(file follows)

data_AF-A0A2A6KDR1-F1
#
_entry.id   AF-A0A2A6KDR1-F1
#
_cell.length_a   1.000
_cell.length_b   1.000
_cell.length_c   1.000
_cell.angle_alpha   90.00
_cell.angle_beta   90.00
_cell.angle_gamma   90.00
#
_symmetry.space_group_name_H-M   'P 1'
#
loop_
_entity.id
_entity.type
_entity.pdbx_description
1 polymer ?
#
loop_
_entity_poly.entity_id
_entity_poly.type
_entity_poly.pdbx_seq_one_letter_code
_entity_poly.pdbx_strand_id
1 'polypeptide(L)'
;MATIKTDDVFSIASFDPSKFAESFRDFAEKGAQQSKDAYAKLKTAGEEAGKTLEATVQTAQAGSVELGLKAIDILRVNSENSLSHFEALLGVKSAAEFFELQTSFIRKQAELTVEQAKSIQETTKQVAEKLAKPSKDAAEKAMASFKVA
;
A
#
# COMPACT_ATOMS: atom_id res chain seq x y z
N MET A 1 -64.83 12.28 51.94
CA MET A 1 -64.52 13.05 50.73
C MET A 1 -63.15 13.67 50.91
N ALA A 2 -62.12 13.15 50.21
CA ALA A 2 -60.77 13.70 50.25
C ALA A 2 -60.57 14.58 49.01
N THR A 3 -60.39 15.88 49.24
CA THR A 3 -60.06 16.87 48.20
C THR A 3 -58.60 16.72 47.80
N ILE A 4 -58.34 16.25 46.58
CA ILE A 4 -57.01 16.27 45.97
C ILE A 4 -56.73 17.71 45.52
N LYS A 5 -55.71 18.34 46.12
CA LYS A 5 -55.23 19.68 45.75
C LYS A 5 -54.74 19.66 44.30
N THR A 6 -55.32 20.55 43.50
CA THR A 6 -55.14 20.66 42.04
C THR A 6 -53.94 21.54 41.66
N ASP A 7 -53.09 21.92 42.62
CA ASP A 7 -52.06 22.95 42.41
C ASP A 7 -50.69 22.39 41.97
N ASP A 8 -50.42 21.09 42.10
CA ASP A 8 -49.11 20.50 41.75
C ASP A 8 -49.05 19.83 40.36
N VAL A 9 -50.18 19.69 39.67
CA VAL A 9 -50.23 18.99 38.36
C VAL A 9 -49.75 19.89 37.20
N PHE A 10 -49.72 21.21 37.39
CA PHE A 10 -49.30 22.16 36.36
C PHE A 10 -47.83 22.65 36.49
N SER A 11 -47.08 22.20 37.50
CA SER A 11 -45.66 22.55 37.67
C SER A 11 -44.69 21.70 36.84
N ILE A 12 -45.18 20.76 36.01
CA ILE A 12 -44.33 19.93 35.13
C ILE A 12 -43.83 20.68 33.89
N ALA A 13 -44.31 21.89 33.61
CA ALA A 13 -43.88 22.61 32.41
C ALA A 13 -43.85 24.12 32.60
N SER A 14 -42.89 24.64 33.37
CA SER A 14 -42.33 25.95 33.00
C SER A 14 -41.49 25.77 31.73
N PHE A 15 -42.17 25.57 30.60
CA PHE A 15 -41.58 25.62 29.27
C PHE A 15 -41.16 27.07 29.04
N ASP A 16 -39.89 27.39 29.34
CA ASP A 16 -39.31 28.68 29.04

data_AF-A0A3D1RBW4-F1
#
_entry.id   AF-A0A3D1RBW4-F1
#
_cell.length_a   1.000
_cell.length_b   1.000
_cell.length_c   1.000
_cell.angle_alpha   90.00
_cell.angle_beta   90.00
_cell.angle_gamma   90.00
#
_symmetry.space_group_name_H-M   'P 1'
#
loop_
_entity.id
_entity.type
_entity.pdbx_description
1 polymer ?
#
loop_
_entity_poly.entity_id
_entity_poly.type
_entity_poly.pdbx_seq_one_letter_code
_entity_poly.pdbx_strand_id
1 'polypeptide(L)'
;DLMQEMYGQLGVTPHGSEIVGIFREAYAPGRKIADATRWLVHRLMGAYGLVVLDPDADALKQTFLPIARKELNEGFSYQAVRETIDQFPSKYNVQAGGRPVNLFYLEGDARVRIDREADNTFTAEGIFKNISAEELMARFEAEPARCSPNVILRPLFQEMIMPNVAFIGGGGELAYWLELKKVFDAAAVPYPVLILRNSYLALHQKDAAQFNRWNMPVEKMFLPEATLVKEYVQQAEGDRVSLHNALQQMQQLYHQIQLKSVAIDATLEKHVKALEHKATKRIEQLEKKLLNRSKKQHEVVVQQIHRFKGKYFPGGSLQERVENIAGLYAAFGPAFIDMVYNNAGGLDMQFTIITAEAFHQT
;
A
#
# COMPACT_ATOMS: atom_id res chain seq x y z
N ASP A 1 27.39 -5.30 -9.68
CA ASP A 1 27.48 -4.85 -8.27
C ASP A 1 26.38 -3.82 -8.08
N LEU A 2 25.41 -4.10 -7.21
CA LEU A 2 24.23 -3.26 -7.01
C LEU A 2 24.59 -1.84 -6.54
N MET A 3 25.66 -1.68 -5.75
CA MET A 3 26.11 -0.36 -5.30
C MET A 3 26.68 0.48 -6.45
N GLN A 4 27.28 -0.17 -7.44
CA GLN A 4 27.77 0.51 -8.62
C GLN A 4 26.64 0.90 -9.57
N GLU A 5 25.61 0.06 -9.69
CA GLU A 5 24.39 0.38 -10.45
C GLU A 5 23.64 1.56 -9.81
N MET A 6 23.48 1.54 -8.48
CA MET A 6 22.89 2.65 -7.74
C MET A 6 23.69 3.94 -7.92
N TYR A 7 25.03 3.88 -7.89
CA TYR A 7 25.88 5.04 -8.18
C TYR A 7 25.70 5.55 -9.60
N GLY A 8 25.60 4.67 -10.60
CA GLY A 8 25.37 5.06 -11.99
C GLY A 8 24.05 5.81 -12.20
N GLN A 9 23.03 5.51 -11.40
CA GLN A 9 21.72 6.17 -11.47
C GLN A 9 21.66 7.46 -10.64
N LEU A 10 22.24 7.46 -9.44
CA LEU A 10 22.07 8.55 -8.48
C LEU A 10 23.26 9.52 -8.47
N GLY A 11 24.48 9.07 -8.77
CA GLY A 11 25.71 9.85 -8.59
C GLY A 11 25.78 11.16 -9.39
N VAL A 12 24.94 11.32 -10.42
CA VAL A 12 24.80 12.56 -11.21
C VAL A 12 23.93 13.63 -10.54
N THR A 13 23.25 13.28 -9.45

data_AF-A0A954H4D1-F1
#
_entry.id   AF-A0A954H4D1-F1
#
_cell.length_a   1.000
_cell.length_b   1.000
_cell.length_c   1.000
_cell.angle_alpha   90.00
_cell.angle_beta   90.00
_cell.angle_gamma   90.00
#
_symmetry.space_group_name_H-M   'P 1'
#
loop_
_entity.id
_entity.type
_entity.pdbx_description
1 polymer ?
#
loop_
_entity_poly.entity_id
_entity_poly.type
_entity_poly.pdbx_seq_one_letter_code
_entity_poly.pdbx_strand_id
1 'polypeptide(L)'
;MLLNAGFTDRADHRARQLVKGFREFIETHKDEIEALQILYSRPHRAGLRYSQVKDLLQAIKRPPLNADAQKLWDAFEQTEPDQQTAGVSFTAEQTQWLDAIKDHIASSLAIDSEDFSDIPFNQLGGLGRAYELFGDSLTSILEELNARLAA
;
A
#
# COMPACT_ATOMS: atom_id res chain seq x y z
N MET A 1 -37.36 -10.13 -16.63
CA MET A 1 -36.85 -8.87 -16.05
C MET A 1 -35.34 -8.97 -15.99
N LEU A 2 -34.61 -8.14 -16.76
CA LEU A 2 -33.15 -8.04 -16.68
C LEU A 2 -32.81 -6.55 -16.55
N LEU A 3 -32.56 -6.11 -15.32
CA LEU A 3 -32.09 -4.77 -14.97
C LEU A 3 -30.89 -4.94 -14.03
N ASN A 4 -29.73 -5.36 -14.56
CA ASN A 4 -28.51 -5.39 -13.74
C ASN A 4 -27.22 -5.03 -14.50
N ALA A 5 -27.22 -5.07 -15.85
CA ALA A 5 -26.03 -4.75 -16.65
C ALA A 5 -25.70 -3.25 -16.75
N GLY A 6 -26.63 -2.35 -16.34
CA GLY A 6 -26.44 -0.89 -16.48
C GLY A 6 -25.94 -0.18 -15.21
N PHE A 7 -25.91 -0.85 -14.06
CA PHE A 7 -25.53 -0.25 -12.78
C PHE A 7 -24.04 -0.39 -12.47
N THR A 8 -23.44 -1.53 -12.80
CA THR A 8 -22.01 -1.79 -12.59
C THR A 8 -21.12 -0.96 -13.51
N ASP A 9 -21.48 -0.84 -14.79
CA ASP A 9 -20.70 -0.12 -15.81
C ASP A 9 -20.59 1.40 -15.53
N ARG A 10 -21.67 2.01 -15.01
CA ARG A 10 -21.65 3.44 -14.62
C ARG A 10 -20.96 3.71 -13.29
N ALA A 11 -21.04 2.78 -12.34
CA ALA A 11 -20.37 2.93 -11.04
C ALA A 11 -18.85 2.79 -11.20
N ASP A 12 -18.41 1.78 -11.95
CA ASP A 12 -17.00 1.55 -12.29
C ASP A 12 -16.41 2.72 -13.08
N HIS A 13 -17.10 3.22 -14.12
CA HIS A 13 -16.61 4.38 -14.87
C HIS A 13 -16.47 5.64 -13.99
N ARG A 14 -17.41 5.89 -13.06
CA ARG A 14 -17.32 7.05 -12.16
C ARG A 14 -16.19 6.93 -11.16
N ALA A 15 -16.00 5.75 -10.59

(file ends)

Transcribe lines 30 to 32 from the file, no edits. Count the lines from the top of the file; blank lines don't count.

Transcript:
# COMPACT_ATOMS: atom_id res chain seq x y z
N MET A 1 -64.83 12.28 51.94
CA MET A 1 -64.52 13.05 50.73